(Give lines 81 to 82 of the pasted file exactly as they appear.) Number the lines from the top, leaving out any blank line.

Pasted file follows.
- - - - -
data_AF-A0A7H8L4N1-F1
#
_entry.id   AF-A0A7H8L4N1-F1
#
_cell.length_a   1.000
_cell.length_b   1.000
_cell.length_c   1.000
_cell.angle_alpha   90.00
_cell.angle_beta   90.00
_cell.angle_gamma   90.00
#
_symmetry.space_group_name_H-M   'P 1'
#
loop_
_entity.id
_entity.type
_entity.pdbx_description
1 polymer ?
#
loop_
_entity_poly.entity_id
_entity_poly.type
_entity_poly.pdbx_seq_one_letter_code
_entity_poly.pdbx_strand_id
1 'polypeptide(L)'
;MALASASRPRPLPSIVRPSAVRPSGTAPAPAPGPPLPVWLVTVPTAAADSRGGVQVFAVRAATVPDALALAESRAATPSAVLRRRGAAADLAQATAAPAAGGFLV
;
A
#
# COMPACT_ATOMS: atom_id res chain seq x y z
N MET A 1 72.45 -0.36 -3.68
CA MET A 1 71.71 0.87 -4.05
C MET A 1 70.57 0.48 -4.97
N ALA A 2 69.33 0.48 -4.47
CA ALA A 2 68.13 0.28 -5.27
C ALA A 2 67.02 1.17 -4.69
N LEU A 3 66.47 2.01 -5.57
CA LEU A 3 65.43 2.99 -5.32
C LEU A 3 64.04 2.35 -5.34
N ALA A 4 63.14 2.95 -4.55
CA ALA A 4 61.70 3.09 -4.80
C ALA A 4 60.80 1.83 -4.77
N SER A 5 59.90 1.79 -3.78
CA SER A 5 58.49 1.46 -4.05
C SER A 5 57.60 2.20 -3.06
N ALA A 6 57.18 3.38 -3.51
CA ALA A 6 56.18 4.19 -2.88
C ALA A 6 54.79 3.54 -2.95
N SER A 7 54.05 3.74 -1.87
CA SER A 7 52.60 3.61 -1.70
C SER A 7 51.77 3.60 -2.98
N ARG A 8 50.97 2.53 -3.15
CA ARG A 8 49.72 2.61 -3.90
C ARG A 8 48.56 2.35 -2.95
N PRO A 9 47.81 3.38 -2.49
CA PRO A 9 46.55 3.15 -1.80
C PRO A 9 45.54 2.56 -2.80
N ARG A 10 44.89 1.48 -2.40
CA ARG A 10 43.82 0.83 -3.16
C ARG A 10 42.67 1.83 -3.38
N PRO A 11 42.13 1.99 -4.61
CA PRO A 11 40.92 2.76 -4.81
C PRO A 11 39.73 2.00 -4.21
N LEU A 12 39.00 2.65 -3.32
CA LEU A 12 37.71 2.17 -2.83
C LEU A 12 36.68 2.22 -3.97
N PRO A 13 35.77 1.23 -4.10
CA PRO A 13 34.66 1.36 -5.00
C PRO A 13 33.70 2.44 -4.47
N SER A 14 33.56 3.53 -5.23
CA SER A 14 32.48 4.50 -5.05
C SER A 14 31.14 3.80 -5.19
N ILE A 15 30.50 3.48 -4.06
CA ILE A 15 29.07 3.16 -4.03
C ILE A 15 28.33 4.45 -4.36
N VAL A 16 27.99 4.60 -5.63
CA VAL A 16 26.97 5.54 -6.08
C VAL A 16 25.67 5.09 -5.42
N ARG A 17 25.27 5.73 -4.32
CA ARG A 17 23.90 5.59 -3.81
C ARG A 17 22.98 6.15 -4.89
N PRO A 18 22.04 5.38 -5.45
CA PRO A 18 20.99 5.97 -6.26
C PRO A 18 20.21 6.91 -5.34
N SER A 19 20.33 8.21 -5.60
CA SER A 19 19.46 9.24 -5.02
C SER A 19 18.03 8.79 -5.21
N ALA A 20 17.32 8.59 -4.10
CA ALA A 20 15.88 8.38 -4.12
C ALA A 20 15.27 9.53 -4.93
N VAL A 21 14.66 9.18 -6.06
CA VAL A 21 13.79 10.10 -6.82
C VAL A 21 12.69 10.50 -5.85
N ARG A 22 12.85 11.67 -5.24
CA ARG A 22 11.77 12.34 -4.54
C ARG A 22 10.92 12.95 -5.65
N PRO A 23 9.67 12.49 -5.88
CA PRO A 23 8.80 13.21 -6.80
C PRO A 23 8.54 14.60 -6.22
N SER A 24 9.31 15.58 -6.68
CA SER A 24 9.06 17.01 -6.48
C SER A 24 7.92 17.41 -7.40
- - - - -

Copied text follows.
C ARG A 17 22.98 6.15 -4.89
N PRO A 18 22.04 5.38 -5.45